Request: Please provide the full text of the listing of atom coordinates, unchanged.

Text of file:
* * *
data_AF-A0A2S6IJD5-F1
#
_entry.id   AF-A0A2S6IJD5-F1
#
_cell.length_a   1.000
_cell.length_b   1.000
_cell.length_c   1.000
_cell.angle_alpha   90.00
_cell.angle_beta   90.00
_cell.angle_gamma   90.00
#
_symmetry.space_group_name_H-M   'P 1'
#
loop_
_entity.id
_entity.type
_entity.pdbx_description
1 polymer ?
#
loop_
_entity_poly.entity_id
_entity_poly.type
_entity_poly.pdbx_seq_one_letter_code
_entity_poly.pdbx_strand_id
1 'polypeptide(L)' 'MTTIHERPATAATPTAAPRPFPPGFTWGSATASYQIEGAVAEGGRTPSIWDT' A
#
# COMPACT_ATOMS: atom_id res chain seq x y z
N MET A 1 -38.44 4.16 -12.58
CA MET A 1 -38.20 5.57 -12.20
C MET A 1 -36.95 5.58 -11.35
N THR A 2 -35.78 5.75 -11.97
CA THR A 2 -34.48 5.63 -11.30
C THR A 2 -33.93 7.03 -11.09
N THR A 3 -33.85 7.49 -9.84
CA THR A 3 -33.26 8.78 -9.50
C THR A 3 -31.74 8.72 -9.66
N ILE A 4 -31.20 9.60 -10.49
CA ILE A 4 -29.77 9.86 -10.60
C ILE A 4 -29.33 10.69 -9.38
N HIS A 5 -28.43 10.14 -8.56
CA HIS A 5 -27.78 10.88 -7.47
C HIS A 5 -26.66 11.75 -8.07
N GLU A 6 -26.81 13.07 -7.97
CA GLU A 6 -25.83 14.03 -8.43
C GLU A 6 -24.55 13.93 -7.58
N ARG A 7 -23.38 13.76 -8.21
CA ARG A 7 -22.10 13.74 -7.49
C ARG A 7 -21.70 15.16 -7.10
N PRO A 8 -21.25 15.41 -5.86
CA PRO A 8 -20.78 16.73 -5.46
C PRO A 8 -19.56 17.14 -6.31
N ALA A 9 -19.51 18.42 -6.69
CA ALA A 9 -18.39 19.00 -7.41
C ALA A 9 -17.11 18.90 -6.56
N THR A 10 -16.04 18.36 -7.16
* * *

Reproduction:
data_AF-A0A2S6IJD5-F1
#
_entry.id   AF-A0A2S6IJD5-F1
#
_cell.length_a   1.000
_cell.length_b   1.000
_cell.length_c   1.000
_cell.angle_alpha   90.00
_cell.angle_beta   90.00
_cell.angle_gamma   90.00
#
_symmetry.space_group_name_H-M   'P 1'
#
loop_
_entity.id
_entity.type
_entity.pdbx_description
1 polymer ?
#
loop_
_entity_poly.entity_id
_entity_poly.type
_entity_poly.pdbx_seq_one_letter_code
_entity_poly.pdbx_strand_id
1 'polypeptide(L)' 'MTTIHERPATAATPTAAPRPFPPGFTWGSATASYQIEGAVAEGGRTPSIWDT' A
#
# COMPACT_ATOMS: atom_id res chain seq x y z
N MET A 1 -38.44 4.16 -12.58
CA MET A 1 -38.20 5.57 -12.20
C MET A 1 -36.95 5.58 -11.35
N THR A 2 -35.78 5.75 -11.97
CA THR A 2 -34.48 5.63 -11.30
C THR A 2 -33.93 7.03 -11.09
N THR A 3 -33.85 7.49 -9.84
CA THR A 3 -33.26 8.78 -9.50
C THR A 3 -31.74 8.72 -9.66
N ILE A 4 -31.20 9.60 -10.49
CA ILE A 4 -29.77 9.86 -10.60
C ILE A 4 -29.33 10.69 -9.38
N HIS A 5 -28.43 10.14 -8.56
CA HIS A 5 -27.78 10.88 -7.47
C HIS A 5 -26.66 11.75 -8.07
N GLU A 6 -26.81 13.07 -7.97
CA GLU A 6 -25.83 14.03 -8.43
C GLU A 6 -24.55 13.93 -7.58
N ARG A 7 -23.38 13.76 -8.21
CA ARG A 7 -22.10 13.74 -7.49
C ARG A 7 -21.70 15.16 -7.10
N PRO A 8 -21.25 15.41 -5.86
CA PRO A 8 -20.78 16.73 -5.46
C PRO A 8 -19.56 17.14 -6.31
N ALA A 9 -19.51 18.42 -6.69
CA ALA A 9 -18.39 19.00 -7.41
C ALA A 9 -17.11 18.90 -6.56
N THR A 10 -16.04 18.36 -7.16